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  10. Evangelicalhumanist

    Evangelicalhumanist "Truth" isn't a thing...
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    I want people to have a certain amount of faith in me, too, as an honest and decent person. And in order to achieve that, it is up to me to establish my own bona fides through my own actions.
     
  11. Audie

    Audie Veteran Member

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    Of course. So no evidence at all, which is kinda the point.

    Anyhow if nothingburger is enough for you, fine, it isn't for me.
     
  12. Evangelicalhumanist

    Evangelicalhumanist "Truth" isn't a thing...
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    You are trying to present to me some sort of "perfect church" or "perfected relgion," but again, I ask you: how many people, each and every day, follow Luke 14:12-14? Are they inviting only the poor, crippled, lame and blind to their banquets, brunches and dinners? Or are they inviting their friends, family and people they'd like to have in their network?

    My beliefs are the result of living in the real world, the world I was born into and grew up in. And nothing in that world ever convinced me of the existence of a deity -- and even more importantly, never convinced me that most of the people around me who claimed to be believers actually were.

    Remember what I said in my OP: your beliefs inform your actions. And if you claim to follow every word of the Gospels, and then act otherwise, what do you think I'm going to believe about you?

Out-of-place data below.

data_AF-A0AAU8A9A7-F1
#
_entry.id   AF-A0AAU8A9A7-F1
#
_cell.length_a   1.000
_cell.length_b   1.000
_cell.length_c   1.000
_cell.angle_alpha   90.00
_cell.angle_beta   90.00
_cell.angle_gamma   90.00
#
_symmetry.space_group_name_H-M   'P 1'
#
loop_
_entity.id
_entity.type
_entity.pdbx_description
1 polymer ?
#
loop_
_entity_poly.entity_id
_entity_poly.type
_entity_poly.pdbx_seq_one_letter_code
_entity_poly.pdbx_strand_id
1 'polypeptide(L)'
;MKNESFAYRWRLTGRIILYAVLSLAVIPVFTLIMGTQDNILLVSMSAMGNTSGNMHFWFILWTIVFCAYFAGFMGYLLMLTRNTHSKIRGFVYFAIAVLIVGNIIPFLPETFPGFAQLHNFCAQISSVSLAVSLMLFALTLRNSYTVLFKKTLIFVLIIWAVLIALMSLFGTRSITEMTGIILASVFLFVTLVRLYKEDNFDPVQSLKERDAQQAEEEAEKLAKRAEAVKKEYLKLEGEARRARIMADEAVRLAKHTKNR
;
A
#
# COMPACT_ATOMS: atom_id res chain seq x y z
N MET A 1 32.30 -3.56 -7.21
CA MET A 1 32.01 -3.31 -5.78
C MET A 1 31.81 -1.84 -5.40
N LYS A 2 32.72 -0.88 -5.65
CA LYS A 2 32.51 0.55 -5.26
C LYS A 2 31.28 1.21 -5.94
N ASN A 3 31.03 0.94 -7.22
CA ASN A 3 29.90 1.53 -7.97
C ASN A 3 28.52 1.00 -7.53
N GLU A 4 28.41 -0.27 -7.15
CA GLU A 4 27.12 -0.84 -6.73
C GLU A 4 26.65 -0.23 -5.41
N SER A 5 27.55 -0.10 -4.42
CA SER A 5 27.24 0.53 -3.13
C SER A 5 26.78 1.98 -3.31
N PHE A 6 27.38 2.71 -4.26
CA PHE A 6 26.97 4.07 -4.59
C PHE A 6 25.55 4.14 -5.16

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  13. Trailblazer

    Trailblazer Veteran Member

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    We cannot know of God's actions because God's actions are unknowable. All we can know about God and God's Will for us comes through the Messengers of God. By having faith in them we have faith in God.
     
  14. Trailblazer

    Trailblazer Veteran Member

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  15. Audie

    Audie Veteran Member

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  16. Trailblazer

    Trailblazer Veteran Member

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    Nope. Look at my evidence list on that link and you will know they did not have the evidence that Baha'u'llah had.
    It is really a slam dunk.
     
  17. Evangelicalhumanist

    Evangelicalhumanist "Truth" isn't a thing...
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    And I am sorry, but I can't help but find that ludicrous. How many people, throughout history, have claimed to be "messengers of God?" And how many of them have been accepted by this group, or that, here or there? And all on the basis of their own say-so.

    Why should I believe one, or two or three, and not a thousand others? Why should I not have believed, just in my lifetime alone, Jim Jones, David Koresh, Marshall Applewhite, Bagwan Shree Rajneesh, or Charles Manson? Lots of other people did -- believed strongly enough to die for them.
     
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  18. Audie